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From the Latin circā (about) and diēs (a day) with the English suffix -an. Compare circannual.


circadian (not comparable)

  1. (biology) of, relating to, or showing rhythmic behaviour with a period of 24 hours; especially of a biological process
    • 2000, Arnold Sameroff, et al., Handbook of Developmental Psychopathology, page 310
      The circadian clock is involved in the regulation of the diurnal sleep-wake cycle, […].
    • 2002, Jill B. Becker, Behavioral Endocrinology, page 483:
      To summarize, the circadian system, particularly the SCN, controls the circadian pattern of melatonin release in mammals.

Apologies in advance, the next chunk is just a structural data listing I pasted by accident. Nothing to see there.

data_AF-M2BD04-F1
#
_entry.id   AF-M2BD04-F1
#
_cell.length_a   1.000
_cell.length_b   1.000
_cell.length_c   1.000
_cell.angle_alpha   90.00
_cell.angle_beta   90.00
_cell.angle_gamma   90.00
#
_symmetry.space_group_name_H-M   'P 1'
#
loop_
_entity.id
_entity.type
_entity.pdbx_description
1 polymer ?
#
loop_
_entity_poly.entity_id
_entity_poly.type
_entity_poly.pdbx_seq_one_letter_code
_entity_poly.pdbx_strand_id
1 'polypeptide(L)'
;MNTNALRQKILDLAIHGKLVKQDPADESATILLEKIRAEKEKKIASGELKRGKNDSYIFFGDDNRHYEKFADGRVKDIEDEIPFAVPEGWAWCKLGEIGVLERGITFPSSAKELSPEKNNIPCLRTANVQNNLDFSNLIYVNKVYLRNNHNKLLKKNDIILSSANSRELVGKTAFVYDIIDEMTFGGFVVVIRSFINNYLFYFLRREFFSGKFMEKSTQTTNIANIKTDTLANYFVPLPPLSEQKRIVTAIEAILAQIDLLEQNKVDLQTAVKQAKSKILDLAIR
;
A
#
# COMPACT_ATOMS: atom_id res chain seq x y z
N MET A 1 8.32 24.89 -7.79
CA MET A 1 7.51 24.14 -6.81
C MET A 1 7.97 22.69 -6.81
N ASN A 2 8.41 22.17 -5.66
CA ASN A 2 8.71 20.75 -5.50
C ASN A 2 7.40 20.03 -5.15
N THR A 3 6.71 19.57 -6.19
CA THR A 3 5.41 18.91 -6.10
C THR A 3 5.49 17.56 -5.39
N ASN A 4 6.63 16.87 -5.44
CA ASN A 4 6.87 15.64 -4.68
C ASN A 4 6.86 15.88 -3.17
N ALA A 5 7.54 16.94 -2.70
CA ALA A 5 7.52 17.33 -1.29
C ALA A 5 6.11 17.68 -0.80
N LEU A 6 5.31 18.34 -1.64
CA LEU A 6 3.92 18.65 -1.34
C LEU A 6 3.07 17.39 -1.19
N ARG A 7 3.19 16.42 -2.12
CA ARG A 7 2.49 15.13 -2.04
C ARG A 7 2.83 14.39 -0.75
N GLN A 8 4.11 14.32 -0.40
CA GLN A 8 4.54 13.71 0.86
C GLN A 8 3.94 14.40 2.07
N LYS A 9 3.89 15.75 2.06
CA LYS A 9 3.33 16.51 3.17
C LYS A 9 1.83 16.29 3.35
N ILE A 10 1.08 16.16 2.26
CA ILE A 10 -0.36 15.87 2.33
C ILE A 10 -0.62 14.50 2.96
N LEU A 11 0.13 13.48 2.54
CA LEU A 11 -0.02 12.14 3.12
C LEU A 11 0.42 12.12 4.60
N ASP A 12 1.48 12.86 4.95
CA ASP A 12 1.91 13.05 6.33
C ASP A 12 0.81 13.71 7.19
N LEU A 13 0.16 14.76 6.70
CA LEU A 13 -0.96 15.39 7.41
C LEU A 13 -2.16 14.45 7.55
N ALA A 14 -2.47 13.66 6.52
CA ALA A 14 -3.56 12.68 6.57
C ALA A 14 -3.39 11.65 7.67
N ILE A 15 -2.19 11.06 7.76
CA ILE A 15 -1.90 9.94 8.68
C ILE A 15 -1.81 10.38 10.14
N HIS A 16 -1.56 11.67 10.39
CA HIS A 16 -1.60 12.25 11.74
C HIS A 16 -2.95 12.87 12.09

• 2005, Paul Martin, Counting Sheep: The Science and Pleasures of Sleep and Dreams, page 114:
      The most obvious circadian rhythm is the daily cycle of sleep and activity.
    • 2014 April 5, “Quite interesting: A quietly intriguing column from the brains behind QI, the BBC quiz show. This week; QI orchids you not”, in The Daily Telegraph (Weekend), page W22:
      Circadian clocks developed early in evolution in single-celled organisms, before the animal and plant kingdom split from one another. The original clocks probably functioned to protect the cells from damage induced by high UV radiation.


  • diurnal (in its sense of "happening on a 24-hour cycle")

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